The iron kettle sings on the stove.She cuts some bread and says to the child, (11-12)
Even though something seems off, the grandmother is still trying to make it a normal, happy home. So whatever tension is between these two, we can't help but wonder if it has to do with someone else entirely—someone who's missing, maybe?
She shivers and says she thinks the house feels chilly, and puts more wood in the stove. (23-24)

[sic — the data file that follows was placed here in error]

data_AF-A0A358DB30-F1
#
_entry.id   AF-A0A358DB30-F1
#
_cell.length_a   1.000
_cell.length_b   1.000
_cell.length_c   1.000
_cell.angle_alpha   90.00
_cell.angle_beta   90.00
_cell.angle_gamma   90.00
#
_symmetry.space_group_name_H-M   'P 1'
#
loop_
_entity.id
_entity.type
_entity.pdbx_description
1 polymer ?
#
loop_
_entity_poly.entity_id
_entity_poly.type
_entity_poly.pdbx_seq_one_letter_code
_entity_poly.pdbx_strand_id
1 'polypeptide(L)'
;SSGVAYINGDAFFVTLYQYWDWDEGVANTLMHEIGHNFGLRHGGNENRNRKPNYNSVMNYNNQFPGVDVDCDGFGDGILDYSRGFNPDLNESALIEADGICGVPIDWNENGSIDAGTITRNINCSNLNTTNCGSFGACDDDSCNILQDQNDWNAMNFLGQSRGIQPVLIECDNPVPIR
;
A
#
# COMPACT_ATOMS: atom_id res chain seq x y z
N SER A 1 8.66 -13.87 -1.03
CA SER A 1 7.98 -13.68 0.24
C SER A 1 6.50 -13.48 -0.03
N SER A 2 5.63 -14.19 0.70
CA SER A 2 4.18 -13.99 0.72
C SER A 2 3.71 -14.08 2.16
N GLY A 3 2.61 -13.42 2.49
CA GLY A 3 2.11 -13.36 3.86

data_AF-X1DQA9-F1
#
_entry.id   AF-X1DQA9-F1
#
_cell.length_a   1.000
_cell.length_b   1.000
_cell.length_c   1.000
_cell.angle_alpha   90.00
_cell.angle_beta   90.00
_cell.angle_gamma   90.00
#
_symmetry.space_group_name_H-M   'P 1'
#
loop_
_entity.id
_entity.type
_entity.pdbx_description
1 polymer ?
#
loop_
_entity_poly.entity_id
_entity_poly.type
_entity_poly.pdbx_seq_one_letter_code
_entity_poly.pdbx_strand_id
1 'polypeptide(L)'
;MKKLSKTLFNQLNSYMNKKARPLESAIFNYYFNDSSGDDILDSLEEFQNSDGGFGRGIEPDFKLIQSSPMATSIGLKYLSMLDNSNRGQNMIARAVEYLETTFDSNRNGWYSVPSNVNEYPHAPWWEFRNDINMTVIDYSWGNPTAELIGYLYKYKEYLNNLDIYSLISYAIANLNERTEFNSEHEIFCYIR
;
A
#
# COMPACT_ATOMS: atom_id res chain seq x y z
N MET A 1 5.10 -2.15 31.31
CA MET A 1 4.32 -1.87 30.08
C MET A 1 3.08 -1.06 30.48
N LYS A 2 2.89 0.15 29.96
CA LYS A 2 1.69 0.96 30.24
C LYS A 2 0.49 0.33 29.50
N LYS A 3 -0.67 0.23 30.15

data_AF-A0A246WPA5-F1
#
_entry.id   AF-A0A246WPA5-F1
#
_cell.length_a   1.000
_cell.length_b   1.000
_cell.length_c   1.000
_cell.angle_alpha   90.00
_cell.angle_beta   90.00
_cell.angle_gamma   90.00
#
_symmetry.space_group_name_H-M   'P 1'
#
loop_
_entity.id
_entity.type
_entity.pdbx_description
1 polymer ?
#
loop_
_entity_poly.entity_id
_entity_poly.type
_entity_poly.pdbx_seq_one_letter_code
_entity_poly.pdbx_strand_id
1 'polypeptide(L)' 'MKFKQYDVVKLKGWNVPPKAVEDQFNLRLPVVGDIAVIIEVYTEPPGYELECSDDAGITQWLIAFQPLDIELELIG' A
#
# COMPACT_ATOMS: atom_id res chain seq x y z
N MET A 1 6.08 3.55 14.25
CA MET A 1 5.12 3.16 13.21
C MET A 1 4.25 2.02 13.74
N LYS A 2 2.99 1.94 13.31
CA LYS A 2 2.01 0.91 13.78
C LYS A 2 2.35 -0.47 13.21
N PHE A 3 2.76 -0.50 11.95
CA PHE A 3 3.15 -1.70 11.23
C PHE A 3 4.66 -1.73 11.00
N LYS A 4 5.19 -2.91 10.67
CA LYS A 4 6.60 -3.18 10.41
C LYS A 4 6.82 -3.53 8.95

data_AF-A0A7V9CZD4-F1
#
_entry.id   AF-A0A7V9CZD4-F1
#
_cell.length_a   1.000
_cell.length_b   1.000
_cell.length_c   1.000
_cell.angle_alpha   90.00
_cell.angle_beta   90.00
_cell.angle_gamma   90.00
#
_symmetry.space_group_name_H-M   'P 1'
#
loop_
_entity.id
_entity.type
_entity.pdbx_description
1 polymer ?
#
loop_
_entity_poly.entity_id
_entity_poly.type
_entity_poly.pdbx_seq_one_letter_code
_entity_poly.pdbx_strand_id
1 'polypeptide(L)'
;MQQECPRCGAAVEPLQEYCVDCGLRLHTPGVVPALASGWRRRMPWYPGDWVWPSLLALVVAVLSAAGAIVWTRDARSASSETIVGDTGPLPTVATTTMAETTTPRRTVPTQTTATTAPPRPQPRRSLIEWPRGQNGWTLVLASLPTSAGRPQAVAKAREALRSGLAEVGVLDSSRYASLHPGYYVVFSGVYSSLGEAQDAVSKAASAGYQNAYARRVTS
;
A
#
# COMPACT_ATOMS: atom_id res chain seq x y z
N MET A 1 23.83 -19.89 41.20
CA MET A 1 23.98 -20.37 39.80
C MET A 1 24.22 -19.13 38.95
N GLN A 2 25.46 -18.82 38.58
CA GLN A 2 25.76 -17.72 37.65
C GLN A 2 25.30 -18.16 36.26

Again, the grandmother is trying to fight the outside forces (in this case the cold) that threaten to make theirs an unhappy home. Time and again, Bishop shows us that this isn't the cheesy home you see in Folgers coffee commercials. It's darker, sadder, and way more real (despite all the surreal imagery).
With crayons the child draws a rigid house (27)
The child drawings are the saddest because they seem to be the idea of the home that she doesn't have. The home she lives in is kind of a bummer. But the house she draws seems pretty perfect. Almost too perfect, in fact.